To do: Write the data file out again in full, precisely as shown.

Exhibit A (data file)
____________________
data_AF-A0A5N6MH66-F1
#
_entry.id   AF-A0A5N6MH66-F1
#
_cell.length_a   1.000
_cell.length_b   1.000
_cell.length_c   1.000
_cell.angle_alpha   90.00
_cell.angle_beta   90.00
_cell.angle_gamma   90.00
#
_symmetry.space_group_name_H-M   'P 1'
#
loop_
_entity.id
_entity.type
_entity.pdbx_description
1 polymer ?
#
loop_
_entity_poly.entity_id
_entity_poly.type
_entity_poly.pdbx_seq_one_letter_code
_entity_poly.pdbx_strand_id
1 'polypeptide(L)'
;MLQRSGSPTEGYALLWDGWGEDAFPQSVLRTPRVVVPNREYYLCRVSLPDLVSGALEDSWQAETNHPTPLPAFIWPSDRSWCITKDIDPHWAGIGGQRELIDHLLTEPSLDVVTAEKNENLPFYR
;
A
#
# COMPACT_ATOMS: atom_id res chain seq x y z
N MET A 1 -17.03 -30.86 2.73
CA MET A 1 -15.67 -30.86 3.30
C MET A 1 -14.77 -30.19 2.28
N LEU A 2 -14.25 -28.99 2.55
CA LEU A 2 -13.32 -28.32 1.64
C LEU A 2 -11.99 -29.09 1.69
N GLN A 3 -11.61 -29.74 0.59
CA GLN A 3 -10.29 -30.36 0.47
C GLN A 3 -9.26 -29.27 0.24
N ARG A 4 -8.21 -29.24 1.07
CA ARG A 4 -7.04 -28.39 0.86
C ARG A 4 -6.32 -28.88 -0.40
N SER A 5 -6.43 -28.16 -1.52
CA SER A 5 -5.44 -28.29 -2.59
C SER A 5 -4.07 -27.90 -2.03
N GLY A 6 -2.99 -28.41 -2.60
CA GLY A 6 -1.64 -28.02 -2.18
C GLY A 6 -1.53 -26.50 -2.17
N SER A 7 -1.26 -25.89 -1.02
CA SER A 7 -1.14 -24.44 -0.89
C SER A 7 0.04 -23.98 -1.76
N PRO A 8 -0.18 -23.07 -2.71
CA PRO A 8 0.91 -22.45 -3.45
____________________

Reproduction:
data_AF-A0A5N6MH66-F1
#
_entry.id   AF-A0A5N6MH66-F1
#
_cell.length_a   1.000
_cell.length_b   1.000
_cell.length_c   1.000
_cell.angle_alpha   90.00
_cell.angle_beta   90.00
_cell.angle_gamma   90.00
#
_symmetry.space_group_name_H-M   'P 1'
#
loop_
_entity.id
_entity.type
_entity.pdbx_description
1 polymer ?
#
loop_
_entity_poly.entity_id
_entity_poly.type
_entity_poly.pdbx_seq_one_letter_code
_entity_poly.pdbx_strand_id
1 'polypeptide(L)'
;MLQRSGSPTEGYALLWDGWGEDAFPQSVLRTPRVVVPNREYYLCRVSLPDLVSGALEDSWQAETNHPTPLPAFIWPSDRSWCITKDIDPHWAGIGGQRELIDHLLTEPSLDVVTAEKNENLPFYR
;
A
#
# COMPACT_ATOMS: atom_id res chain seq x y z
N MET A 1 -17.03 -30.86 2.73
CA MET A 1 -15.67 -30.86 3.30
C MET A 1 -14.77 -30.19 2.28
N LEU A 2 -14.25 -28.99 2.55
CA LEU A 2 -13.32 -28.32 1.64
C LEU A 2 -11.99 -29.09 1.69
N GLN A 3 -11.61 -29.74 0.59
CA GLN A 3 -10.29 -30.36 0.47
C GLN A 3 -9.26 -29.27 0.24
N ARG A 4 -8.21 -29.24 1.07
CA ARG A 4 -7.04 -28.39 0.86
C ARG A 4 -6.32 -28.88 -0.40
N SER A 5 -6.43 -28.16 -1.52
CA SER A 5 -5.44 -28.29 -2.59
C SER A 5 -4.07 -27.90 -2.03
N GLY A 6 -2.99 -28.41 -2.60
CA GLY A 6 -1.64 -28.02 -2.18
C GLY A 6 -1.53 -26.50 -2.17
N SER A 7 -1.26 -25.89 -1.02
CA SER A 7 -1.14 -24.44 -0.89
C SER A 7 0.04 -23.98 -1.76
N PRO A 8 -0.18 -23.07 -2.71
CA PRO A 8 0.91 -22.45 -3.45